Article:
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A 60 mg dose of zandelisib administered on an intermittent schedule from cycle 1 plus 80 mg of zanubrutinib twice daily yielded promising response rates in patients with relapsed/refractory B-cell malignancies and chronic lymphocytic leukemia.
A 60 mg dose of zandelisib (ME-401) administered on an intermittent schedule from cycle 1 plus 80 mg of zanubrutinib (Brukinsa) twice daily yielded promising response rates in patients with relapsed/refractory B-cell malignancies and chronic lymphocytic leukemia (CLL), according to results from a phase 1b study (NCT02914938) presented virtually at the 2021 European Hematology Association Annual Congress.1
Results from the trial indicate that after a median follow-up of 6.6 months for all patients (range, 0.6-21.3; Group A, median follow-up = 3.6 months; Group B, median follow-up = 6.6 months), those with follicular lymphoma (n = 8), CLL and small lymphocytic lymphoma (SLL; n = 5), marginal zone lymphoma (MZL; n = 2), and mantle cell lymphoma (MCL; n = 1) had a complete response (CR) rate of 100%. Additionally, CRs and CRs with incomplete hematologic recovery occurred in 25% of those with follicular lymphoma, and 40% of those with CLL. Notably, there were no responders within the diffuse large B-cell lymphoma (DLBCL)/ high-grade B-cell lymphomas (HGBCL) subgroup (n = 2).
“Responses were observed in all patients with indolent B-cell non-Hodgkin lymphoma histologies and CLL,” according to Jacob Soumerai, MD, a clinical investigator in lymphoma, Medicine, at Massachusetts General Hospital, and an assistant professor of medicine at Harvard Medical School. “Among 13 patients treated in group B, 8 remain on treatment [with] an ongoing treatment response, 4 came off [treatment] due to progression, and 1 came off to do grade 3 alanine aminotransferase [ALT] elevation.”
Dual inhibition of PI3Kδ and BTK pathways has demonstrated synergistic activity that is notable, even at suboptimal concentrations. The strategy could work to even overcome resistance to monotherapies, both acquired and existing. This formed the rationale for leveraging an innovative dosing schedule with the PI3Kδ inhibitor zandelisib in combination with the oral BTK inhibitor zanubrutinib, with the intent to improve the tolerability of a dual targeted approach, as well as offer improved responses.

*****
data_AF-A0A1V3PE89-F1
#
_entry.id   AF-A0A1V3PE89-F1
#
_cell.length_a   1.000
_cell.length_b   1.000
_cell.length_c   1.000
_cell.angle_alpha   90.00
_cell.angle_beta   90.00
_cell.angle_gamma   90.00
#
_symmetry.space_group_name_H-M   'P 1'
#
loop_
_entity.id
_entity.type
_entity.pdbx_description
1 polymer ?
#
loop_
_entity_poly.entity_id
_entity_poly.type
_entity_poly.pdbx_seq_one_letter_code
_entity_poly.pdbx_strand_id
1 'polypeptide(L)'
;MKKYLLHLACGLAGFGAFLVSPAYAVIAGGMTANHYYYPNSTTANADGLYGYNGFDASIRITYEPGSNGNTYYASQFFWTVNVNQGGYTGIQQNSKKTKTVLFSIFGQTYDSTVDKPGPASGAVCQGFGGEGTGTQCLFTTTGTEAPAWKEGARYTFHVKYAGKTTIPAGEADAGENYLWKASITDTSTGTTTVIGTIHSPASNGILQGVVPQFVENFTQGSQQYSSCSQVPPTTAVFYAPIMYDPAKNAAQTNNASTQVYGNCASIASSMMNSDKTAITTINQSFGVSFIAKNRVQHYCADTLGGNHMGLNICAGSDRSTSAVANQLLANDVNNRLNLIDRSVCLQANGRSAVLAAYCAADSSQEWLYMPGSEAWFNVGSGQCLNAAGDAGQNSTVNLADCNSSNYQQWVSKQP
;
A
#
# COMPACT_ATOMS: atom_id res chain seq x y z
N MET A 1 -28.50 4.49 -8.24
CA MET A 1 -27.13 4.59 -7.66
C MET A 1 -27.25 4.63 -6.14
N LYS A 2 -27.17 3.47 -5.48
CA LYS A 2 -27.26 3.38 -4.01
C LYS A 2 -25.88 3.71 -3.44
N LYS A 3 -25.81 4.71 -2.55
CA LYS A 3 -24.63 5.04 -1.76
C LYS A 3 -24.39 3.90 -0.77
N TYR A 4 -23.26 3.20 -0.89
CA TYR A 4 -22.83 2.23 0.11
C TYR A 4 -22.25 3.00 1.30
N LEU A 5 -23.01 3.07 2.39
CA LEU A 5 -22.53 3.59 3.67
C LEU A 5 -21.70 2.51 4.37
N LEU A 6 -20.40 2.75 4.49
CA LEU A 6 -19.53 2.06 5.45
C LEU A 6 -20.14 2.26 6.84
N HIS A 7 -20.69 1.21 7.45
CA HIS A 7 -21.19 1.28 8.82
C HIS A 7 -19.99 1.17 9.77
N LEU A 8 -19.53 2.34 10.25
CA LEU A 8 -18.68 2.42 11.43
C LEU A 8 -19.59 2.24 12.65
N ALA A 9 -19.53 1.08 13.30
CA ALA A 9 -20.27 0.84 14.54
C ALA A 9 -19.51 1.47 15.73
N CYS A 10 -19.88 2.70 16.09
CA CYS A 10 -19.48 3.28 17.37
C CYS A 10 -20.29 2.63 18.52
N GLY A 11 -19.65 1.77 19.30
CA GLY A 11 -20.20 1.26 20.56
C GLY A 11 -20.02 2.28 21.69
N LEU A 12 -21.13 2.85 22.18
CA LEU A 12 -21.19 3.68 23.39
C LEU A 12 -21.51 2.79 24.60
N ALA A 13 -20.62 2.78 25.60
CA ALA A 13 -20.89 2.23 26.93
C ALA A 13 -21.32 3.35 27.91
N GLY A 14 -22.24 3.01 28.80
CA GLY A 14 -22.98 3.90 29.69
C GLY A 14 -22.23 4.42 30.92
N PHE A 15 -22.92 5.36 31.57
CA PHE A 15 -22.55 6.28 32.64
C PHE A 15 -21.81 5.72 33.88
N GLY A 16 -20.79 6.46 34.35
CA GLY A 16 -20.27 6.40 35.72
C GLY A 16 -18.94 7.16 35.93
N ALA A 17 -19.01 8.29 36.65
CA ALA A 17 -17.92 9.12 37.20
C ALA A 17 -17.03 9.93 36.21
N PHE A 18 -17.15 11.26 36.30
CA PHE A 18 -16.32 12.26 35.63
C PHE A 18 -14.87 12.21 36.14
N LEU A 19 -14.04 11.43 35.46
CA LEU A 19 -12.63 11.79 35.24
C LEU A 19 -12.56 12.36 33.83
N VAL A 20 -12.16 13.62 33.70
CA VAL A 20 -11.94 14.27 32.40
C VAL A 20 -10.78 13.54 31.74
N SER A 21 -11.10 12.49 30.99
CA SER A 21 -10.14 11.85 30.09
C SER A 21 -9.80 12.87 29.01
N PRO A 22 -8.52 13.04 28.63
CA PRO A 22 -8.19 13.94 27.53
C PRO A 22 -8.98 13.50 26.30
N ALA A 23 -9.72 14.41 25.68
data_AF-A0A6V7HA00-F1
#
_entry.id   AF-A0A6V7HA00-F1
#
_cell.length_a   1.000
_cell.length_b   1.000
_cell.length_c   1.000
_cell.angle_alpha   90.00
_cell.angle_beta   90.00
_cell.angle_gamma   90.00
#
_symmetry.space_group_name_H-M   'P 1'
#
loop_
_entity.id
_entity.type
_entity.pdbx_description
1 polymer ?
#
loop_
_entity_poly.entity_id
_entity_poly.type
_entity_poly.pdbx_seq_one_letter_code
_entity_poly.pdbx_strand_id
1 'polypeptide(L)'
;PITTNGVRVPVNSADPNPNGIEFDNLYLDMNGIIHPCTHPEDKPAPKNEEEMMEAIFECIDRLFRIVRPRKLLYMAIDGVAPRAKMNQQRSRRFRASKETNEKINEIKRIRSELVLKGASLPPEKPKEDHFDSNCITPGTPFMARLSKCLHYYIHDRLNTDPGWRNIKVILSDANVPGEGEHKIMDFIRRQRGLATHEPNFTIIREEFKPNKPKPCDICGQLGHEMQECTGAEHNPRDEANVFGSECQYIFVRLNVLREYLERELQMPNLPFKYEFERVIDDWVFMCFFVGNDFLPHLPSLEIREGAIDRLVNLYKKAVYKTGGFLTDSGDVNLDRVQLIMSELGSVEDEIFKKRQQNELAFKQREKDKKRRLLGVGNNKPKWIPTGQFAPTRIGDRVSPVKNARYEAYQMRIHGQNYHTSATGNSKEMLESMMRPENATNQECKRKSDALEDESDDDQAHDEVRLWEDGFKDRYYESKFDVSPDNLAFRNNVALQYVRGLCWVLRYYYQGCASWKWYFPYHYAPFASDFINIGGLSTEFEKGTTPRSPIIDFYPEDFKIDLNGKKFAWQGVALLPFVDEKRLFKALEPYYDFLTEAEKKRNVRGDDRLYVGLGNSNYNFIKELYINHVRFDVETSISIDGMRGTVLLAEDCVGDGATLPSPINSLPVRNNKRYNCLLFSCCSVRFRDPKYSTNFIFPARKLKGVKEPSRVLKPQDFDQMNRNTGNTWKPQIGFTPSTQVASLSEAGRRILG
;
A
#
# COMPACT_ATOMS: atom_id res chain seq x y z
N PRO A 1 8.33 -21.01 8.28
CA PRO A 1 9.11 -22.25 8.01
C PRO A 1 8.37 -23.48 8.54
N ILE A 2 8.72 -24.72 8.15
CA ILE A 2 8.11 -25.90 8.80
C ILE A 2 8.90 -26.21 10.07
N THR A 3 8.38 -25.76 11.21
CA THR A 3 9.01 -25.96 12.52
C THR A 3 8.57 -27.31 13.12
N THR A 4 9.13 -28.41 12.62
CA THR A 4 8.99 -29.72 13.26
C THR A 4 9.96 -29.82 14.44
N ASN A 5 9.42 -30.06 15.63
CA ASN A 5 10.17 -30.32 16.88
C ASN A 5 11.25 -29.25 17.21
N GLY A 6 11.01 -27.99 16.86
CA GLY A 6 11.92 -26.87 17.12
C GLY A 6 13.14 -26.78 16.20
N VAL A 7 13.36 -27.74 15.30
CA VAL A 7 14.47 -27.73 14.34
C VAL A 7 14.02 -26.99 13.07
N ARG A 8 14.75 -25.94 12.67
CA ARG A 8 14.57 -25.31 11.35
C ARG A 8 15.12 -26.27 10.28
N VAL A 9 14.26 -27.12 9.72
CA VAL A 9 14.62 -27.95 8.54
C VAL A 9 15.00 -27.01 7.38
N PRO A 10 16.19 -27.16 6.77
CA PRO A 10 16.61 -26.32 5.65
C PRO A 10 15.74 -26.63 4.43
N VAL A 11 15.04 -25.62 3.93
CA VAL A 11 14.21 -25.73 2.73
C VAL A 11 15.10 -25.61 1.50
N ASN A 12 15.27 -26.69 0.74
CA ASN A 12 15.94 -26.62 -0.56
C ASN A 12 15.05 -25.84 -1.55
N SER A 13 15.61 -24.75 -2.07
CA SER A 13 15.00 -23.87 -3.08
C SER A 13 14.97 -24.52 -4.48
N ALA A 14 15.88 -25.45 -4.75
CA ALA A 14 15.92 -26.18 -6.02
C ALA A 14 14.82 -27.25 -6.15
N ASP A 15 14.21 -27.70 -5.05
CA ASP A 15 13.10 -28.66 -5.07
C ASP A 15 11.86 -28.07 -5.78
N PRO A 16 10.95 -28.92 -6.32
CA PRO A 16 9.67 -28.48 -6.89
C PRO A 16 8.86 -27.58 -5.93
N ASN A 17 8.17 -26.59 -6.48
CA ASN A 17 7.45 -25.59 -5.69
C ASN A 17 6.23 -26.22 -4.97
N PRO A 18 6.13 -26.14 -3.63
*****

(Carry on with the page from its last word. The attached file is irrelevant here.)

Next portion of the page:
The phase 1b, multi-cohort study enrolled patients with an ECOG performance status of 0-2 who had progressed on 1 or more prior therapies for a B-cell malignancy. Patients were required to have measurable disease and have received no prior PI3K or BTK inhibitor therapies.
A 6 + 6 trial design was implemented, with 2 treatment dose schedules utilized over the course of the study. All patients were treated with a pneumocystis jiroveci pneumonia prophylaxis. Additionally, patients were treated until they experienced disease progression, drug intolerance, or withdrawal of consent.
Group A, which included 7 patients, was given 60 mg of oral zandelisib daily for 8 weeks, followed by days 1 to 7 of each subsequent 28-day cycle, plus 160 mg of oral zanubrutinib twice daily. Over the 28-day dose-limiting toxicity (DLT) period, 1 patient with DLBCL was not evaluable for DLT due to a grade 3 adverse effect (AE) on day 1 because of treatment with a prior therapy. No other DLTs were observed in this cohort.
At cycle 2, 1 patient who developed grade 3 elevated aspartate aminotransferase (AST)/ ALT and grade 3 rash discontinued treatment due to the rash AE. Additionally, 1 other patient experienced grade 3 AST/ALT and discontinued to undergo transplant. With these findings in mind, investigators increased the DLT observation period to 56 days.
In group B (n = 13), patients received 60 mg of oral zandelisib daily on days 1 through 7 of each 28-day cycle starting at cycle 1, as well as a twice daily dose of zanubrutinib of 80 mg. During the DLT period of 56 days, 1 patient with HGBCL was not evaluable due to disease progression on day 14, and 2 patients developed grade 3 elevated AST/ALT in cycle 2. Although 1 patient is receiving ongoing treatment on the study, another patient discontinued due to recurrence of grade 3 ALT increase. Based on these findings, investigators opened disease-specific expansion cohorts using the Group B dosing schedule.
Among the patients enrolled on the study, the median age was 70 years old (range, 44-85), with an even split between male and female patients. Additionally, patients had received a median of 2 prior therapies (range, 1-8), with 55% of patients having undergone 2 or more therapies prior to enrolling on the study. Thirty percent of patients were refractory to rituximab (Rituxan), and 30% had tumor bulk that was greater than 55 mm.
Imaging scans were given on months 3, 7, 13, and then every 6 months until progression, with reported responses based on Lugano criteria and International Workshop on CLL guidelines. Two patients with DLBCL and HGBCL did not receive on therapy scans, as 1 developed clinically progressive disease and the other needed to discontinue early due to an AE from a prior therapy.
In terms of safety, the most common grade 3 or higher treatment-emergent AEs (TEAEs) in group A included neutropenia (43%), ALT increase (29%), AST increase (29%), and thrombocytopenia (29%). Common all grade TEAEs included neutropenia (57%), thrombocytopenia (57%), and diarrhea (43%). In group B, the most common grade 3 or higher TEAEs included neutropenia (23%), ALT increase (15%), and AST increase (15%), with any grade TEAEs including neutropenia (46%), AST increase (23%), thrombocytopenia (23%), and diarrhea (23%).
“We are currently enrolling expansion cohorts for follicular lymphoma and MCL [utilizing the group B regimen],” Soumerai concluded.